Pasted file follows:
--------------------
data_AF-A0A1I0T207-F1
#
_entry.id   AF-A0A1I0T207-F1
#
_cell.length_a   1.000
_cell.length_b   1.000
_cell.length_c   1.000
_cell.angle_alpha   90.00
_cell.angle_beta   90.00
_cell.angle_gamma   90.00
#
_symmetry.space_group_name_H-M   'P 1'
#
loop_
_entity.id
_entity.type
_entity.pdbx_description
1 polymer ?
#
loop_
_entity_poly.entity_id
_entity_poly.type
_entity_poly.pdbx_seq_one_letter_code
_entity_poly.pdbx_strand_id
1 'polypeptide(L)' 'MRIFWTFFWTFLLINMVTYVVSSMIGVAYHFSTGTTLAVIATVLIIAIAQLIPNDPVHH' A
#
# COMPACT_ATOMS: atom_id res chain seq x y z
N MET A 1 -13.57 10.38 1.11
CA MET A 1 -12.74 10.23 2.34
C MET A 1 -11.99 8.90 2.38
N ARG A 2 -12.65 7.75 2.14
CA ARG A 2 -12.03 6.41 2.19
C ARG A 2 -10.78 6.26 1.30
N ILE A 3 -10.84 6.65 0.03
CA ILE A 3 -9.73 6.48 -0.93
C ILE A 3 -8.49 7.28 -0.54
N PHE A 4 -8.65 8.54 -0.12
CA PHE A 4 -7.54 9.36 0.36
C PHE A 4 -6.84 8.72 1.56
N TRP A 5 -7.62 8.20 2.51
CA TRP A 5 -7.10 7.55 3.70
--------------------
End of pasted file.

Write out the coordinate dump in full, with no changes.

data_AF-A0A1I0T207-F1
#
_entry.id   AF-A0A1I0T207-F1
#
_cell.length_a   1.000
_cell.length_b   1.000
_cell.length_c   1.000
_cell.angle_alpha   90.00
_cell.angle_beta   90.00
_cell.angle_gamma   90.00
#
_symmetry.space_group_name_H-M   'P 1'
#
loop_
_entity.id
_entity.type
_entity.pdbx_description
1 polymer ?
#
loop_
_entity_poly.entity_id
_entity_poly.type
_entity_poly.pdbx_seq_one_letter_code
_entity_poly.pdbx_strand_id
1 'polypeptide(L)' 'MRIFWTFFWTFLLINMVTYVVSSMIGVAYHFSTGTTLAVIATVLIIAIAQLIPNDPVHH' A
#
# COMPACT_ATOMS: atom_id res chain seq x y z
N MET A 1 -13.57 10.38 1.11
CA MET A 1 -12.74 10.23 2.34
C MET A 1 -11.99 8.90 2.38
N ARG A 2 -12.65 7.75 2.14
CA ARG A 2 -12.03 6.41 2.19
C ARG A 2 -10.78 6.26 1.30
N ILE A 3 -10.84 6.65 0.03
CA ILE A 3 -9.73 6.48 -0.93
C ILE A 3 -8.49 7.28 -0.54
N PHE A 4 -8.65 8.54 -0.12
CA PHE A 4 -7.54 9.36 0.36
C PHE A 4 -6.84 8.72 1.56
N TRP A 5 -7.62 8.20 2.51
CA TRP A 5 -7.10 7.55 3.70